China and Russia have agreed to step up their coordinated efforts in opposition to the planned deployment in South Korea of a US missile system, insisting the move will harm regional security.
In a statement issued on Wednesday, the Chinese Foreign Ministry said Beijing and Moscow had agreed “they will continue to strengthen their coordinated opposition to THAAD,” an acronym for the US Terminal High Altitude Area Defense.
South Korea decided last year to deploy US-made THAAD missile system on its soil as a countermeasure to what Seoul and Washington call threats posed by North Korean ballistic missiles.
China and Russia, however, worry that the deployment would further destabilize the already-restive Korean Peninsula. They also say THAAD’s powerful radar system can penetrate their territory and challenge their security.
Beijing and Moscow originally agreed to take unspecified “countermeasures” in response to THAAD’s deployment back in January.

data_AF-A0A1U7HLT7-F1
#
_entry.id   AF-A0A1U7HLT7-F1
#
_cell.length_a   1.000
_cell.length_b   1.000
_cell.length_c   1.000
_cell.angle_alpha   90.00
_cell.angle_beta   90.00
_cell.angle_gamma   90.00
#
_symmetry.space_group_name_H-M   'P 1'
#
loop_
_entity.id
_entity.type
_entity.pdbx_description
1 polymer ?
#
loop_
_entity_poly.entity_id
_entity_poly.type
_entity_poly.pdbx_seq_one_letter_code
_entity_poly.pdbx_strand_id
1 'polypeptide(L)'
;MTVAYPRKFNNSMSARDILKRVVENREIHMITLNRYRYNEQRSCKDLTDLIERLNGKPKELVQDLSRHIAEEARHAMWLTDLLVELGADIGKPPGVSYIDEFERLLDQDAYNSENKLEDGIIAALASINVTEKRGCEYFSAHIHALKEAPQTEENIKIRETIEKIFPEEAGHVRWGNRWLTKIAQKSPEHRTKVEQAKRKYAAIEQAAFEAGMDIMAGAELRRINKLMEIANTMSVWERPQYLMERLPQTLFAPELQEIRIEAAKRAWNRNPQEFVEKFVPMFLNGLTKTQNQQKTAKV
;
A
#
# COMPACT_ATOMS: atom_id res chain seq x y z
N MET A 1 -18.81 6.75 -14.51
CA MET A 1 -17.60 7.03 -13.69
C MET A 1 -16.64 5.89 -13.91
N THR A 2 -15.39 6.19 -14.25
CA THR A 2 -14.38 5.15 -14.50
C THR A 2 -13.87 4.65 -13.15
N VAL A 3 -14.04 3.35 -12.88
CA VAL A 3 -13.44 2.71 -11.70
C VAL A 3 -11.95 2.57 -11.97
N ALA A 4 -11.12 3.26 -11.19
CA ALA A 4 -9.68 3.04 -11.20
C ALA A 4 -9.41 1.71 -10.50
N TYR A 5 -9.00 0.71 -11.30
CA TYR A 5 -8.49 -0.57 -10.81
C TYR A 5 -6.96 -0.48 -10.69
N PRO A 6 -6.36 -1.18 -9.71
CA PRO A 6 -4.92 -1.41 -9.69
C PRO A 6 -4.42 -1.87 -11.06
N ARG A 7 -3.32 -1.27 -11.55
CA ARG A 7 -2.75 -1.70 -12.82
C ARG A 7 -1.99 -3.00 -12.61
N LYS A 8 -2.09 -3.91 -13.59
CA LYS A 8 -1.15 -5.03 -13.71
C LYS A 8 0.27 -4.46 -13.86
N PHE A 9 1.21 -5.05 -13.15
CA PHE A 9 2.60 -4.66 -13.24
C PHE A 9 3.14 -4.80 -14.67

This is while South Korean authorities have described the deployment of THAAD as a purely defensive measure against “North Korean threats,” underlining that it does not target any other nation.
Meanwhile, South Korea’s Defense Ministry signed a deal earlier this week with an affiliate of the nation’s giant retail conglomerate, the Lotte Group, to acquire land southeast of its capital, Seoul, for the deployment of the missile system.
The agreement triggered strong opposition from China’s state media, which urged a boycott of major South Korean products exported to China such as cars and telephones. They further called on Chinese citizens to boycott Korean entertainment exports.
Additionally, South Korean people residing near the land, which was turned over to the military by the Lotte Group, have taken legal action against the country’s Defense Ministry.—Agencies